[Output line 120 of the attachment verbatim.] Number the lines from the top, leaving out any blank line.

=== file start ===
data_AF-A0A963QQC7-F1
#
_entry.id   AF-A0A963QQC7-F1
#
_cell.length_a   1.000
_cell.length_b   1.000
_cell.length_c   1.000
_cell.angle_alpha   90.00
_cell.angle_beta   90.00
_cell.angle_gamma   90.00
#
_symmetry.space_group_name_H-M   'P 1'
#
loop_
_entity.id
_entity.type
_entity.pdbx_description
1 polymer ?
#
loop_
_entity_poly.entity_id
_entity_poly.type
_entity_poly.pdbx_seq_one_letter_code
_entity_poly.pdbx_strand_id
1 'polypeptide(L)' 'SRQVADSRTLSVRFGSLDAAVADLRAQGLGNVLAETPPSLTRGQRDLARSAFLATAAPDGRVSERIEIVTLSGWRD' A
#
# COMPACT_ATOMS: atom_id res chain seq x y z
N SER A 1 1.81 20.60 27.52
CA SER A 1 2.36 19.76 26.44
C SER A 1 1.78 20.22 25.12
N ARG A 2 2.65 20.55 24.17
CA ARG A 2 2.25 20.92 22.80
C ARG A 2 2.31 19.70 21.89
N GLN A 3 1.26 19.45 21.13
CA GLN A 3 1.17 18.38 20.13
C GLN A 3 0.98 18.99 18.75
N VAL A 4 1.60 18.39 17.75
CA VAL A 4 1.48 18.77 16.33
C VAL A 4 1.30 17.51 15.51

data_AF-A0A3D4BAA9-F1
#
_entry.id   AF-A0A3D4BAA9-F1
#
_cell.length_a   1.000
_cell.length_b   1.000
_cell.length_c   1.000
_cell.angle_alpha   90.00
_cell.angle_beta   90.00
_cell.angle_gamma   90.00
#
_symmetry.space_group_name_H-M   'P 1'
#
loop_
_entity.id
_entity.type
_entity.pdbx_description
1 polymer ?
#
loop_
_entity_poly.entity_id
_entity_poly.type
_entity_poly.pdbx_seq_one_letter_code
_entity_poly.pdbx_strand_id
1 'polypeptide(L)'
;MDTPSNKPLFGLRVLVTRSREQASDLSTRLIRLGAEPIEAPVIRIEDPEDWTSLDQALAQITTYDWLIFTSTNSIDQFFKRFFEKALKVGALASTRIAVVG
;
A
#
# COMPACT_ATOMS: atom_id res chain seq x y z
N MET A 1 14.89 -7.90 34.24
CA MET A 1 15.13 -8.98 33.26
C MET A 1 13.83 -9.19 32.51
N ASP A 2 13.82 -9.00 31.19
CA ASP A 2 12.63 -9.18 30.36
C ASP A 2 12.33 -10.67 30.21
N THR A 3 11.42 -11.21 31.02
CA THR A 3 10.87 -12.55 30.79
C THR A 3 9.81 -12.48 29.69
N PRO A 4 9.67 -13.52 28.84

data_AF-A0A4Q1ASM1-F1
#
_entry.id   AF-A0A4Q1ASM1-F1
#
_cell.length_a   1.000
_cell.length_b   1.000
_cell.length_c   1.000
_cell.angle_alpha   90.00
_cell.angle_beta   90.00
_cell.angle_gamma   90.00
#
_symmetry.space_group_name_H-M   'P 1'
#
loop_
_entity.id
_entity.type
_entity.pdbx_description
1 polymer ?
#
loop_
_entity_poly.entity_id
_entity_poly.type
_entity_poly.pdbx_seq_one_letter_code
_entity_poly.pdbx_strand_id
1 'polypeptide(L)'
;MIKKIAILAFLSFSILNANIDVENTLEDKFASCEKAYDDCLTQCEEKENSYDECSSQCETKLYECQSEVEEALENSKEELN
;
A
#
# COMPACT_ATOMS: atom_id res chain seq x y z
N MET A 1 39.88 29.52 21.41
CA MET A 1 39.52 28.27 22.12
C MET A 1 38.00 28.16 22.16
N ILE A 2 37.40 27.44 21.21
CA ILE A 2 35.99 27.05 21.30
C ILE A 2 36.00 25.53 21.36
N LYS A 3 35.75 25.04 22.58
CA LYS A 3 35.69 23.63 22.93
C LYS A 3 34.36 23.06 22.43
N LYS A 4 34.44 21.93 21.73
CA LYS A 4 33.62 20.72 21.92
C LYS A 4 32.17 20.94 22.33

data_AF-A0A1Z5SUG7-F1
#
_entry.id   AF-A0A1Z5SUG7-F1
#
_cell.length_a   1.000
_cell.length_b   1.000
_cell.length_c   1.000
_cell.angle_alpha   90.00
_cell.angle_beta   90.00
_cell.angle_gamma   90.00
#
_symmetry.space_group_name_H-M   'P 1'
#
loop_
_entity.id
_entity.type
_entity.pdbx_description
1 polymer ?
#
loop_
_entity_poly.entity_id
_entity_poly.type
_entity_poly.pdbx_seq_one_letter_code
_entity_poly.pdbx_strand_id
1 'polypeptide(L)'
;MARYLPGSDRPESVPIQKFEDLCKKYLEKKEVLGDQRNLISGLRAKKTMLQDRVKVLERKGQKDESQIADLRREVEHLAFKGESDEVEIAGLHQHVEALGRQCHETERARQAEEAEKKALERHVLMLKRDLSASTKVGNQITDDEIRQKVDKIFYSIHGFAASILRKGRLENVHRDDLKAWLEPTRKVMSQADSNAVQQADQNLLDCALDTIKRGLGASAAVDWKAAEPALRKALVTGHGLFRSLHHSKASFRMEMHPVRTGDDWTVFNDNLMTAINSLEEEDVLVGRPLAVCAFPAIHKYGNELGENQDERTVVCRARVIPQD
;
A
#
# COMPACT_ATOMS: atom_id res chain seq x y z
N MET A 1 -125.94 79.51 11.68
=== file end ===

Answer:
CA LYS A 4 33.62 20.72 21.92